Torture, history suggests, is habit forming. If humans were machines we might be able to manage torture as readily as we manage prison sentences. We're not though. Our culture fares badly when we make torture acceptable.
We should remember that now.
- Obama – leading us out of the darkness and the torture chamber 1/2009. Obama shut down the detention centers very publicly. The GOP blocked the closure of Guantanamo - with the help of some Dems.
- Inmate Kyle Foggo – Creator of the post-2003 torture facilities 8/2009. His Wikipedia entry is here. Contrary to my thoughts in 2009, Obama turned away from the torture trail.
- America's Inquisition 1/2012. The Inquisition followed the same time honored procedures.
- The Argentinian solution 3/2005. We should ask Argentinians about the impact of their torture program on their society.
- No, religion does not make you a better person 4/2009. Religious Americans tend to approve of torture. This makes a lot of sense given the concept of Hell.
- The right declares in favor of torture - responding to the ticking clock 11/2007. Clive Crook is often an ass, but he wrote very well about this topic.
- That which does not kill me is not torture 6/200. John Fredman - "If the detainee dies, you're doing it wrong"
- CIA Torture tapes destroyed 12/2007. Destroying the evidence paid off.
- Bush didn't want to know the location of the CIA's torture facilities 12/2007. Plausible deniability.
- American torture - what's next 1/2009. Obama pledged to follow the Geneva convention. We're still waiting for the Truth Commission.
- The classification and heritage of American torture 3/2009. We're "Anglo-Saxon modern".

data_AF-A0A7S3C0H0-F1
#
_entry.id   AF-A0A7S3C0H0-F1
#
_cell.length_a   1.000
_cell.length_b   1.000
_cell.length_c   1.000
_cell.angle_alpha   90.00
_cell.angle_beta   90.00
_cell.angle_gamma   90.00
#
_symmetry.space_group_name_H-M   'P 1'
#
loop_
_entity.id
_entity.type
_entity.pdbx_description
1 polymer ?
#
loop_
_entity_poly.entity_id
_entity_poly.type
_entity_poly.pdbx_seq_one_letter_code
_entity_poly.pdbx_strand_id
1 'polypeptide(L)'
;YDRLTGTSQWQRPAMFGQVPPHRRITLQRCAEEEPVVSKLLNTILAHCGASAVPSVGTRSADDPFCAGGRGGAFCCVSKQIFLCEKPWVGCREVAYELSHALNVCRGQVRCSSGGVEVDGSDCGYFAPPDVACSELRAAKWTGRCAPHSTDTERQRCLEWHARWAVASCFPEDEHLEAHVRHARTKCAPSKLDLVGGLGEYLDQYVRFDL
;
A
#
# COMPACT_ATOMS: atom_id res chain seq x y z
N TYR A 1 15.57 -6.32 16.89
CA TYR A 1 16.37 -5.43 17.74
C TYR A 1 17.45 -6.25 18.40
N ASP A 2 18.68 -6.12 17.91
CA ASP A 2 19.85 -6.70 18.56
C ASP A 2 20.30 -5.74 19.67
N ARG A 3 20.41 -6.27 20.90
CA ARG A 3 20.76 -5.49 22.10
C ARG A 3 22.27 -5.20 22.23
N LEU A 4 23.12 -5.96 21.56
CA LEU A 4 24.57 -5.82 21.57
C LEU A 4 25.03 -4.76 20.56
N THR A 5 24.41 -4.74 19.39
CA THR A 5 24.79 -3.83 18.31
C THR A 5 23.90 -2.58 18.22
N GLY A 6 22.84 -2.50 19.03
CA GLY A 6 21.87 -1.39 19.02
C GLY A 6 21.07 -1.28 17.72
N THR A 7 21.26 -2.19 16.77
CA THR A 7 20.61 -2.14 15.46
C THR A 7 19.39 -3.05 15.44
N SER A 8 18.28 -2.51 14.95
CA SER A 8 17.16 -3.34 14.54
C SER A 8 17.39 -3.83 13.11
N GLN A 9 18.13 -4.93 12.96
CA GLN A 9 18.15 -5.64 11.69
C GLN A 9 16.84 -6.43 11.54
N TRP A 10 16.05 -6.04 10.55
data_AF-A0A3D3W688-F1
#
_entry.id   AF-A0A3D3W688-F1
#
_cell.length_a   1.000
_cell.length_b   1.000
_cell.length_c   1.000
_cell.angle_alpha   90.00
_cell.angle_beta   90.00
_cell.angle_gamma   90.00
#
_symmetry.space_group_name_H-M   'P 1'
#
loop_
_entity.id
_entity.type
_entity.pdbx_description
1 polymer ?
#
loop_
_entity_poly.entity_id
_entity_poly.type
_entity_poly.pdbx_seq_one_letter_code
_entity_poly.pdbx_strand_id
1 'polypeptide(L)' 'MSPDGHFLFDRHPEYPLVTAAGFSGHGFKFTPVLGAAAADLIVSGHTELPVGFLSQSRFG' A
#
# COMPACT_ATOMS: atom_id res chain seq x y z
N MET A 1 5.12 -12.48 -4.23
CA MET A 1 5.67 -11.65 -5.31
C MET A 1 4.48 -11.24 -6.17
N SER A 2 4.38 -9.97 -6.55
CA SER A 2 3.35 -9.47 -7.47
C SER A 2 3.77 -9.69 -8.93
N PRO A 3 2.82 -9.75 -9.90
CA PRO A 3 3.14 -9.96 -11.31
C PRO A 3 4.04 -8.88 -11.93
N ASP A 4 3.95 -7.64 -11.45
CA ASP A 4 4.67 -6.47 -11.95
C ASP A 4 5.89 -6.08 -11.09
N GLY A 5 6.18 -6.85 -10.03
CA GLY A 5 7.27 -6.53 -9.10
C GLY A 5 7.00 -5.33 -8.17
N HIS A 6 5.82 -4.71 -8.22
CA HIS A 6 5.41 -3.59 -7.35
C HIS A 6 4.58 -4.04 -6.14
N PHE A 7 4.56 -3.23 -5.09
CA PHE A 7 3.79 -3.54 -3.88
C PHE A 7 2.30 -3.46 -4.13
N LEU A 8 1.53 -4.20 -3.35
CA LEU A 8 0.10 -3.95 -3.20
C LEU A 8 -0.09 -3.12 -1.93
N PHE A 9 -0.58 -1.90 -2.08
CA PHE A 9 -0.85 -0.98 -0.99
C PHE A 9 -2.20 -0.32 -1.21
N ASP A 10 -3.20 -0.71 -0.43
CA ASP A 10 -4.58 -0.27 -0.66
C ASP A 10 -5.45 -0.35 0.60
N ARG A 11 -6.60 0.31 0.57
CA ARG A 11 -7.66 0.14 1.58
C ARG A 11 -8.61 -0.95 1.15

- Another Cheney fan rediscovers waterboarding really is torture 5/2009. Radio fruitcake discovers what torture is.
- Restoring American civilization: 12 steps NYT 3/2007. Still waiting.
- American fear and our shredded honor - two ringing voices against torture 5/2007. Retired military leaders "As has happened with every other nation that has tried to engage in a little bit of torture -- only for the toughest cases, only when nothing else works -- the abuse spread like wildfire, and every captured prisoner became the key to defusing a potential ticking time bomb."
- Waterboarding is Torture... Period (Links Updated # 9) | Small Wars Journal 10/2007. A SERE graduate.
- What do the Bushies and the Khmer Rouge share? - Kristof 12/2008. Waterboarding.
- 183 - Krugman 4/2009. KSM was waterboarded 183 times in one month. Some people get to like doing torture. Cheney tortured and tortured until his victims told him Iraq had WMDs.
- Franken’s torture smackdown | MinnPost 7/2012
- U.S. Says Rendition to Continue, but With More Oversight - 8/2009 I'd like the NYT to f/u on what has happened over the past four years.
- Pentagon's link to Iraqi torture centres The Guardian 3/2013: Rumsfeld era, but ties torture program to Pentagon and to Petraeus.